applying the McDonnell Douglas framework to a WLAD claimSummary of this case from Sidbury v. Boeing
April 18, 1997.
Appeal from the Superior Court for Pierce County, No. 92-2-10962-5, Donald H. Thompson, J., on October 21, 1994.
Ross E. Taylor, for appellant.
Christine O. Gregoire, Attorney General, and Lisa L. Sutton, Assistant, for respondents.
Western State Hospital dismissed Dr. Hsi Chen after a six-month probationary period, citing poor performance. Chen sued, alleging (1) fraud based on his reliance on the State's representations about the probationary employment period, and (2) discrimination. The trial court granted summary judgment for the State, and Chen appeals. Because the State did not misrepresent the conditions of probation, and because Chen failed to produce evidence that the State's reason for dismissing him was false or a mere pretext, we affirm.
Hsi Chen was born in Taiwan in 1925 and received his medical degree there in 1948. He became board certified in psychiatry in the United States in November 1989. The following spring, Chen applied for a psychiatrist position at Western State Hospital. Because he then lived in Florida, Chen was concerned about the six-month probationary period and asked how difficult the probationary period was and how many psychiatrists had failed. Dr. Hamilton, the Director of Professional Services, responded that the probationary period was not difficult and that only one psychiatrist in the past 10 years had failed the probationary period. Hamilton explained that the psychiatrist had committed gross misconduct.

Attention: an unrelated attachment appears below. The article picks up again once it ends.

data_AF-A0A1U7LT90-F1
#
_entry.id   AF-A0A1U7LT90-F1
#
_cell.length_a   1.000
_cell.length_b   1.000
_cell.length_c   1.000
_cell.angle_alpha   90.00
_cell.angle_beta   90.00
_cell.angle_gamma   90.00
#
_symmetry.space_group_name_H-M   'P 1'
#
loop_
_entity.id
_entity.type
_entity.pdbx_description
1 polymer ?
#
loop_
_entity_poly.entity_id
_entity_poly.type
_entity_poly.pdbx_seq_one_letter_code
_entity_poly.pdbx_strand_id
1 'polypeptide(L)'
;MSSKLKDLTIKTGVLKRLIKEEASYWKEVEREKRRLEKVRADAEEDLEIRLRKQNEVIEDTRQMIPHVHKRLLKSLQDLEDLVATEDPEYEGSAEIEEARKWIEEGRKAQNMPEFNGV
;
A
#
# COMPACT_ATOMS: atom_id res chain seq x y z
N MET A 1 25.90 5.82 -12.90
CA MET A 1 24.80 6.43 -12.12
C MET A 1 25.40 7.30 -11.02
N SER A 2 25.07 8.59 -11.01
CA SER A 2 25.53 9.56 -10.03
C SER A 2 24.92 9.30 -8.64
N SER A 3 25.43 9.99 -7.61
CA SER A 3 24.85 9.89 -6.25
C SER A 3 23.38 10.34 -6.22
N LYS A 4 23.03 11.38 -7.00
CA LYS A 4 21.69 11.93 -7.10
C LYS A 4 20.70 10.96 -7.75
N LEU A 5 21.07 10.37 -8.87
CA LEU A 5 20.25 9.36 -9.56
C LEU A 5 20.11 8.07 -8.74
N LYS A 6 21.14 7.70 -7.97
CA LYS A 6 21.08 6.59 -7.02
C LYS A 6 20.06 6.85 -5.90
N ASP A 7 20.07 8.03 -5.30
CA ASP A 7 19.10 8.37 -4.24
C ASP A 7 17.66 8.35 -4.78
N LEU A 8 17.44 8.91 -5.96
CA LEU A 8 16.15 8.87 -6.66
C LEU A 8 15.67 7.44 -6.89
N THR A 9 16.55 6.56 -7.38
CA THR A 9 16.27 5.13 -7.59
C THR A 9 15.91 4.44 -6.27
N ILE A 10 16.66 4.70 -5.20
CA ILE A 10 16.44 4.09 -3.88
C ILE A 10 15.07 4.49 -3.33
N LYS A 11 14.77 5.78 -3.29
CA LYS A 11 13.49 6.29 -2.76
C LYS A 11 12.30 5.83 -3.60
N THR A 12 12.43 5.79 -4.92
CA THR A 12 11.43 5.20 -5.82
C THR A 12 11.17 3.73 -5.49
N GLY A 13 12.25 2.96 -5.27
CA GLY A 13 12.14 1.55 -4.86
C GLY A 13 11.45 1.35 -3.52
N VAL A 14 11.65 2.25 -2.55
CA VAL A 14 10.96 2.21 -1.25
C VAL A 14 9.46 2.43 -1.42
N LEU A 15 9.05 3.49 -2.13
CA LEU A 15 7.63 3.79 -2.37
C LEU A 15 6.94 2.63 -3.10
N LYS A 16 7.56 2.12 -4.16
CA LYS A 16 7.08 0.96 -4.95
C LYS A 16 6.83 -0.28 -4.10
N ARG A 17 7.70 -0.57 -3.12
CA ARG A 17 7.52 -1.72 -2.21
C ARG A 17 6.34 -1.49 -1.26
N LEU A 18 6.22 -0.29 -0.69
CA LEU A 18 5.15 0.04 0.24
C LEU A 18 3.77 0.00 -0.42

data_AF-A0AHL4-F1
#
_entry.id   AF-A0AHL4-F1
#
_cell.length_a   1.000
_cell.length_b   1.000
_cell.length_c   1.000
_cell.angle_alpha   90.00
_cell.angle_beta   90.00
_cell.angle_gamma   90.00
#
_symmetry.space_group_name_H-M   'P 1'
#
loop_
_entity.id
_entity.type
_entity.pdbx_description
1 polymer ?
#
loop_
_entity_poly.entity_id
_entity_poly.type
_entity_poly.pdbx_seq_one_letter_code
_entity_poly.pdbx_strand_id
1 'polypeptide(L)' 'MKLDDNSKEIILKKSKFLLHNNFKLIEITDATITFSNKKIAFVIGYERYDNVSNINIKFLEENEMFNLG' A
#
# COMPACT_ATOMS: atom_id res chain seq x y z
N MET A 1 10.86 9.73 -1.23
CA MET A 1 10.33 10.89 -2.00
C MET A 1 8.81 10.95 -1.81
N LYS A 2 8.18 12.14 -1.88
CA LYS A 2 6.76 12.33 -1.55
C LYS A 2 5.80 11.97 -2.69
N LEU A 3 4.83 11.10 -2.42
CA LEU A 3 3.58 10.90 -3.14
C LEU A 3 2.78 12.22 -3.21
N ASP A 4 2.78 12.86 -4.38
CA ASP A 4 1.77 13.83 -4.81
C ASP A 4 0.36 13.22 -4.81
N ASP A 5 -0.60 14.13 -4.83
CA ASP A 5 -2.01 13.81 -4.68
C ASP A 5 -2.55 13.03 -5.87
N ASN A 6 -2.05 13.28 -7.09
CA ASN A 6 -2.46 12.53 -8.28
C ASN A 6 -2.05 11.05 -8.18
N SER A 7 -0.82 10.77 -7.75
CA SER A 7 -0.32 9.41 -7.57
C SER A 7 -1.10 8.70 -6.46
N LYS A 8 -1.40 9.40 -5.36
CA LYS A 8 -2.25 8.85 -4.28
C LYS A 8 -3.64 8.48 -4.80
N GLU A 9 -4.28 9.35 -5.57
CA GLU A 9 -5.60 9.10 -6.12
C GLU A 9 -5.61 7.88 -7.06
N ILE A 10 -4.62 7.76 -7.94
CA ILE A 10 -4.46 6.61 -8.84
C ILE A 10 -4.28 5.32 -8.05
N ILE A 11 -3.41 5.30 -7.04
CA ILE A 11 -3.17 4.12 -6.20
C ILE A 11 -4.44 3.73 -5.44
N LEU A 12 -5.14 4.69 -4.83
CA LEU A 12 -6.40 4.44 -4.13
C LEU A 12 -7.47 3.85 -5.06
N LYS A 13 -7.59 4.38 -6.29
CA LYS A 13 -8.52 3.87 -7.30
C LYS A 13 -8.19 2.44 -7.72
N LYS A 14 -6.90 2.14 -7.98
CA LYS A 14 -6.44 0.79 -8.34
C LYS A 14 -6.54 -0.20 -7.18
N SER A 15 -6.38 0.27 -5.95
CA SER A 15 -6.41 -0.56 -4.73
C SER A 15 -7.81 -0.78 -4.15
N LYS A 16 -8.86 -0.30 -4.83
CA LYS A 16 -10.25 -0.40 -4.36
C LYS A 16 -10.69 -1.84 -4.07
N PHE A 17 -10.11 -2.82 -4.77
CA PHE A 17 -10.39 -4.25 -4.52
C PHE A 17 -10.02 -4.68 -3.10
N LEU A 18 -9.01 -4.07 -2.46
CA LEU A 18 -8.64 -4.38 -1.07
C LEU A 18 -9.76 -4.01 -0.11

Chen started at Western State in July 1990, serving as a team leader in a very difficult ward. The treatment team consisted of Chen, a psychologist, a social worker, and the nursing staff. Chen's duties included supervising treatment and directing the psychiatric program.
Dr. Dennis, Chen's supervisor, evaluated Chen's performance after four months and solicited comments from staff and team members. Dennis found that Chen had met the minimum requirements in three evaluation areas, and failed to meet minimum requirements in two areas. Among the various comments, Dennis noted, for example, that some staff had requested transfers.
Chen meanwhile evaluated his own performance, concluding that he had exceeded the normal requirements in four areas, and met the normal requirements in the fifth area. Chen also explained specific criticisms, for example, noting that one staff member who had requested a transfer "has a reputation of being very difficult to deal with."
Dr. Dennis evaluated Chen's performance again after six months, soliciting further comments from the team members. They expressed concerns that Chen was rigid and inflexible in his treatment style, disregarded their input, and had problems communicating in spoken English. Dennis found that Chen had met the normal requirements in three evaluation areas, met the minimum requirement in one area, and failed to meet minimum requirements in one area. Dennis did not recommend Chen for permanent employment. Western State then notified Chen that his probationary period would terminate the following day, after six months' service.
Chen sued the State, the Department of Social and Health Services (DSHS), and Western State Hospital, alleging discrimination based on age, race, and national origin under RCW 49.60 and 49.44.090. He also alleged fraud because of Hamilton's representations about the standard to be met during probation. Finding that Chen had not established that the State's reason for terminating him was a pretext or unworthy of belief, the trial court granted summary judgment to the State.